Remember you’ll also need to supply kitchen appliances, cooking equipment, and tableware – none of which is as standard in a traditional rental property. It’s easy to forget about these costs when comparing Airbnb vs traditional rental profit, so make sure you include all costs when you’re running your figures.
How much time do you have?
Acting as landlord for a long-term let is a fairly hands-off task. While tenants may call on you from time to time to organise repairs, or you may have to chase up the odd late payment, rental income is traditionally passive.
Airbnb guests, on the other hand, require a lot more care and attention. You’ll need to follow up with reservation enquiries and feedback, manage check-in and check-out, clean the property, and be on-call for any other guest needs like transportation or unexpected emergencies.
This can easily be a full-time job, particularly if you own more than one Airbnb rental property. For this reason, many hosts choose to outsource tasks like cleaning, or use the services of a property management company like HomeHost. This enables them to benefit from the flexibility and extra income Airbnb offers without the extra time commitment and hassles.
Are you a people person?
Airbnb prides itself on offering a home away from home, and for this reason, hosts must think of themselves more as hospitality providers than landlords.
The personality and helpfulness of the host can mean the difference between a positive review and a mediocre one, so as well as providing practical assistance with check-in and cleaning, good hosts are friendly and personable and offer insider knowledge on the local area.
If you don’t like meeting and talking with lots of new people, you might want to stick with a role as a traditional landlord. Although again, the services of a property management company specialising in hosting can manage all interactions with guests if you prefer a more hands-off approach.
Are you relying on your property for regular income?
If you need the consistency of a regular monthly income, you may be better off trying to find a long-term tenant.
While renting on Airbnb can be lucrative, the income isn’t guaranteed, and may be subject to seasonal variations.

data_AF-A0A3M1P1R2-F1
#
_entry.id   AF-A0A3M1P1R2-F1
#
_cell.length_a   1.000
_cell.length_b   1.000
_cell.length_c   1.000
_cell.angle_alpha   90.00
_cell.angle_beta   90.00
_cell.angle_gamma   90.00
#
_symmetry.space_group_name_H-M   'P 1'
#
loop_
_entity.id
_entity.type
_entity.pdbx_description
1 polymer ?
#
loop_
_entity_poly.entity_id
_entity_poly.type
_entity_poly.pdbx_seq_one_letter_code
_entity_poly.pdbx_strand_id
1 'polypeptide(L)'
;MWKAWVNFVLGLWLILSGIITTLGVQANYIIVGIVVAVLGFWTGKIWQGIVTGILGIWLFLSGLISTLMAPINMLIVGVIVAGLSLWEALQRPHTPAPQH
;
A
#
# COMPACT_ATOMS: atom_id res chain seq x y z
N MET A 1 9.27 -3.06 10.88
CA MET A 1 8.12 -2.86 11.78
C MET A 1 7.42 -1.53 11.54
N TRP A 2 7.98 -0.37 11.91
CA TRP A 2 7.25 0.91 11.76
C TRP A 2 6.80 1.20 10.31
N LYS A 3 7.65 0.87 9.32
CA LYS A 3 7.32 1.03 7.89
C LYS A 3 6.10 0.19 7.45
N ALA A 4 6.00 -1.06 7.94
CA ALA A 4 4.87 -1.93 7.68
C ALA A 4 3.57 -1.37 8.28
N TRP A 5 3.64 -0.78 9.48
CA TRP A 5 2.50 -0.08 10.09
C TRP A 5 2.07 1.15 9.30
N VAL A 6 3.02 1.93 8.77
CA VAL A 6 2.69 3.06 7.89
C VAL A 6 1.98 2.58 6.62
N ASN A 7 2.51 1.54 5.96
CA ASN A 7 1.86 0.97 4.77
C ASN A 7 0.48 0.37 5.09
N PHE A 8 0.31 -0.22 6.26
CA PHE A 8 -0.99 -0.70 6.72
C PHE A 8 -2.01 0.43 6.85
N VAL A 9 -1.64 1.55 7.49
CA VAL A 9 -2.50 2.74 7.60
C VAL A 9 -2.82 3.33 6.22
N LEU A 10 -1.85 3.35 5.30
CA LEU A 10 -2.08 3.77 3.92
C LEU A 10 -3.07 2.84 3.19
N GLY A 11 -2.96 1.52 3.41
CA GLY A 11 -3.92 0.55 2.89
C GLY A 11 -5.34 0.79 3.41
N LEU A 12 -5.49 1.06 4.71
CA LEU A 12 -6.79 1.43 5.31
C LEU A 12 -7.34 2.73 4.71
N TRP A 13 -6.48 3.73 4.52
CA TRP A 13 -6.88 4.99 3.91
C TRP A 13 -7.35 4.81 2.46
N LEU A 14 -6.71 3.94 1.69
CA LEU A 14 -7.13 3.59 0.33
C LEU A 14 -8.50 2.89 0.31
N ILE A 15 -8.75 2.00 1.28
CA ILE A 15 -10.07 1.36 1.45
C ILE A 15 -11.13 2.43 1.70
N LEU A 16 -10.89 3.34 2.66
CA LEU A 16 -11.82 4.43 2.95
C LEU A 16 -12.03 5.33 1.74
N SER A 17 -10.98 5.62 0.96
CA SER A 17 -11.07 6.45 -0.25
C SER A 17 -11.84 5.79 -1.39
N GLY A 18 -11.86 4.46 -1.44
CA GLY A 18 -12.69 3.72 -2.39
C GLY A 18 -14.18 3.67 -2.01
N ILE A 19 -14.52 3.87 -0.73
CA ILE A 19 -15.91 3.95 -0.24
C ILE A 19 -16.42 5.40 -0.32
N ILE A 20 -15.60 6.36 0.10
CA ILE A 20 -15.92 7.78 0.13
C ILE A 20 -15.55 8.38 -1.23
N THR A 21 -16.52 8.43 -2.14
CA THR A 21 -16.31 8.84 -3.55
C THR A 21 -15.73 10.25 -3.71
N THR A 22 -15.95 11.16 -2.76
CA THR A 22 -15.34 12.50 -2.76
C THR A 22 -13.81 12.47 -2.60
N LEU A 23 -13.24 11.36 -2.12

To make sure you get the best return on your Airbnb property, you need to write your listing carefully to be attractive to searchers, price competitively, and include professional-looking photos.
Have you considered how you will screen guests or tenants?
While Airbnb does allow you to turn down bookings for bad feedback or other valid reasons, you’ll only have access to a limited amount of information about each guest before they book. You can sometimes find out more information by looking them up on Facebook, or Googling their name, but this can be very time-consuming.
On the other hand for long-term tenants, you can screen as you see fit by requesting references, financial statements, proof of employment, and other information to put you at ease that whoever is staying in your property will pay you on time and respect your property.
To give you peace of mind, a good short-term property management company can vet potential guests for you to reduce the risk of getting a bad one. The vast majority of Airbnb guests will treat your home as their own and leave fair feedback, so as long as you’re active in your interactions with guests and actively manage your property (or use a good host company to do it for you) you shouldn’t have any issues.
Is Airbnb the right choice for you?
If you’ve crunched the numbers and done the appropriate preparation, you may well have come to the conclusion that letting your property short-term on a site like Airbnb offers profit that’s worth the extra effort.
However, if you’re tempted by the extra cash but put off by the work involved, using the services of a property management company specialising in short-term lets can be a great compromise.
These services manage all the time-consuming tasks that come with renting out your property short-term such as managing check-in and check-out, cleaning, dealing with enquiries, and organising transportation for guests.